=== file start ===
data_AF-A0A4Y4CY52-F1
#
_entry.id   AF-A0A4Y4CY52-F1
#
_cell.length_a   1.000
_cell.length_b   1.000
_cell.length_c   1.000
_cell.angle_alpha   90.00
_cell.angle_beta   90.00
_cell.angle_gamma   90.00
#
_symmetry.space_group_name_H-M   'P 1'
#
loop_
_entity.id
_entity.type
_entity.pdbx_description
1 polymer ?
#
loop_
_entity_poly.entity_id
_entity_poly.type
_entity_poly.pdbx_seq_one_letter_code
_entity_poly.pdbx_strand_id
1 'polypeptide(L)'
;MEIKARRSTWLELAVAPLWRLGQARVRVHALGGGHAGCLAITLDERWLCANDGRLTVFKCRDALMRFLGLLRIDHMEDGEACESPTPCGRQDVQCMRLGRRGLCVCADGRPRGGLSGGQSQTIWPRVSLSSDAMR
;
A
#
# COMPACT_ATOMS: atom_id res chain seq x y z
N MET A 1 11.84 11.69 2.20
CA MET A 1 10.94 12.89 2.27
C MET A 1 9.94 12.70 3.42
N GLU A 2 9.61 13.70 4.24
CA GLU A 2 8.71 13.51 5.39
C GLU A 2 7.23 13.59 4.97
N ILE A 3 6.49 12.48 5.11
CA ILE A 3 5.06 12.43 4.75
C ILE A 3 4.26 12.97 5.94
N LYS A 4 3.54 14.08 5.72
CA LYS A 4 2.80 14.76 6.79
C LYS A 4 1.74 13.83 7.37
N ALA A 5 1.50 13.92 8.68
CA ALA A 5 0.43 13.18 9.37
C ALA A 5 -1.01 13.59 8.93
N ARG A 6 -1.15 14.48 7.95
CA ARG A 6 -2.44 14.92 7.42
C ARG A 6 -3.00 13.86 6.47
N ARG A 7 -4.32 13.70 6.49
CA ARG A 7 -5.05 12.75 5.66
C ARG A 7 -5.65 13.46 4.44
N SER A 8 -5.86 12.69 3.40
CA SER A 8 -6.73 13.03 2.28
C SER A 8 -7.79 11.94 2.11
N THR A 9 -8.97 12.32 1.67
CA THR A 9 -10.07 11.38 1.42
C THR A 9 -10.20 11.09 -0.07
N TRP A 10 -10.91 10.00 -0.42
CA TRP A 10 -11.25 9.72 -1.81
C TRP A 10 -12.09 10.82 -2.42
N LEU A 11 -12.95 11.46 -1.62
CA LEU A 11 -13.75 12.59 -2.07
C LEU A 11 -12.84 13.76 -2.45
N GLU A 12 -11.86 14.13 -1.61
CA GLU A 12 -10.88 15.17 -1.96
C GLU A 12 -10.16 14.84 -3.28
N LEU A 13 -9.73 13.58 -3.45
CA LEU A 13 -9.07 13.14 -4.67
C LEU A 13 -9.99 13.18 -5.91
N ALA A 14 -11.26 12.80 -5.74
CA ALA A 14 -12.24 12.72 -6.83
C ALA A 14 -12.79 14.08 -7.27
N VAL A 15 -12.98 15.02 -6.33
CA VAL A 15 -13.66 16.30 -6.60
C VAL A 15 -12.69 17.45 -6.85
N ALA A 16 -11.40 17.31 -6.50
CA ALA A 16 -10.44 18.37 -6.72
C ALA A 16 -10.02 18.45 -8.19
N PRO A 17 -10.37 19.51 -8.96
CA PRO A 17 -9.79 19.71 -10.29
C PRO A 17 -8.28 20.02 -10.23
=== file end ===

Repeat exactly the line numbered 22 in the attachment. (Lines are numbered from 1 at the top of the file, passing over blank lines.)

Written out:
_entity_poly.type